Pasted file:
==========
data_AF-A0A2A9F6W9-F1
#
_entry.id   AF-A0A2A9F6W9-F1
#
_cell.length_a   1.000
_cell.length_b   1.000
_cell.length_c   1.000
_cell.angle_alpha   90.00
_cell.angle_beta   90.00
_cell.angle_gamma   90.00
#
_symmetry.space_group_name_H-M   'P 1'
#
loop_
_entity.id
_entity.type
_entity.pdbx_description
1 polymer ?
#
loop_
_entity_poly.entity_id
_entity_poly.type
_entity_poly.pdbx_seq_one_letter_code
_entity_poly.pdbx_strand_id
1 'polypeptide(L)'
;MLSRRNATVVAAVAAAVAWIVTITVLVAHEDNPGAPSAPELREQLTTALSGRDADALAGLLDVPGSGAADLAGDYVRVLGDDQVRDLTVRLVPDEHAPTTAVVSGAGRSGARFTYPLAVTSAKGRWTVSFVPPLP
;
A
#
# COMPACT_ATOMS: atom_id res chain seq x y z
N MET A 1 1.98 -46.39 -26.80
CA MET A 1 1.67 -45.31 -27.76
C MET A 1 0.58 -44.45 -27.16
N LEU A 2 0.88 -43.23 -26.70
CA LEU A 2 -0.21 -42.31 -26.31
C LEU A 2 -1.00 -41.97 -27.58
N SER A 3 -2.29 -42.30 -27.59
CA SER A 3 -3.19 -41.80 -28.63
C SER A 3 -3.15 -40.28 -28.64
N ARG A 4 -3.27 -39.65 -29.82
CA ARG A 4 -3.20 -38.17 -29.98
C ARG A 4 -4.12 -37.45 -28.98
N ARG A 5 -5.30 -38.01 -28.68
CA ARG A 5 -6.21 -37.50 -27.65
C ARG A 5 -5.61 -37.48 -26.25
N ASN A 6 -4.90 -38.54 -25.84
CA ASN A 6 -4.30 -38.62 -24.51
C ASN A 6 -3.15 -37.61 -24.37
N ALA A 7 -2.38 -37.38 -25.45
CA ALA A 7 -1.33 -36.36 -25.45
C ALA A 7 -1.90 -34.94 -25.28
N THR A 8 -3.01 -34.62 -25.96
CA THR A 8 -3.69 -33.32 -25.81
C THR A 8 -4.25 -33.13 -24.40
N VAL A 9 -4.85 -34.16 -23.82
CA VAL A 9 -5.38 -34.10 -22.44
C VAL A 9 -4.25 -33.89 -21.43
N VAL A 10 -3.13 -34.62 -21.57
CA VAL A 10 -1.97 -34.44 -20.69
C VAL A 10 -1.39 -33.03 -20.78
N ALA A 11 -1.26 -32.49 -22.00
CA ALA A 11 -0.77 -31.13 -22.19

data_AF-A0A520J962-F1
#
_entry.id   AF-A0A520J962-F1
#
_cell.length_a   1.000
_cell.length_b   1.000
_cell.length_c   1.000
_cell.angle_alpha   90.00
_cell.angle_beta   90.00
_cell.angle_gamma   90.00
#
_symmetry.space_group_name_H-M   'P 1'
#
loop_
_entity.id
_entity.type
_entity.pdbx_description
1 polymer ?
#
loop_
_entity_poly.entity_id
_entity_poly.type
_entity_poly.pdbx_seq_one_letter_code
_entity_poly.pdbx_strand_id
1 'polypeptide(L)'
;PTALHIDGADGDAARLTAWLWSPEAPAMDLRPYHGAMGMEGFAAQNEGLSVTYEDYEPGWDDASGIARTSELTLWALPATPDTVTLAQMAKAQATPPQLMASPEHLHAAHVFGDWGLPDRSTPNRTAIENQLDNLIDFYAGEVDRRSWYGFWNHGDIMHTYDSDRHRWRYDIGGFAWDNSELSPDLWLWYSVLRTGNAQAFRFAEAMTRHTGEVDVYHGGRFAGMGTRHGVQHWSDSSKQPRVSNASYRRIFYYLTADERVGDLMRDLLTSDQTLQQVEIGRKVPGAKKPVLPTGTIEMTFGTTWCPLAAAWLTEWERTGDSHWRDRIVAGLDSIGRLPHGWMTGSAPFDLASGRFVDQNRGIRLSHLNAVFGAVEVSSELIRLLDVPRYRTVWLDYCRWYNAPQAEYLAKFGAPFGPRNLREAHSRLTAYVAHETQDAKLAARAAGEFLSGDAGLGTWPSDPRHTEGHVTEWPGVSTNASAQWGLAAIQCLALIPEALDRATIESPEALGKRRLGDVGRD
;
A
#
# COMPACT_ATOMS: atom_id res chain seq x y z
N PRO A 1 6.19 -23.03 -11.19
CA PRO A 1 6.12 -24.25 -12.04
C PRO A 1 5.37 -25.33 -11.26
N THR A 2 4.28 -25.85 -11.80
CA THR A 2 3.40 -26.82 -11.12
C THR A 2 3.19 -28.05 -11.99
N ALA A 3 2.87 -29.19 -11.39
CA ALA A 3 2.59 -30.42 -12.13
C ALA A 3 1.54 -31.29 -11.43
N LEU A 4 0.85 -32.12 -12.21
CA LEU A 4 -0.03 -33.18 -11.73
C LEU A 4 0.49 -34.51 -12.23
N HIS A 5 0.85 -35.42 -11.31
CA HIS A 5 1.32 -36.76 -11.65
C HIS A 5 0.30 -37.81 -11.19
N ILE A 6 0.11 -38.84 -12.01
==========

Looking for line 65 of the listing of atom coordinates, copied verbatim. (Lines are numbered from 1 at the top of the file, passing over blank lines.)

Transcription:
_entry.id   AF-A0A520J962-F1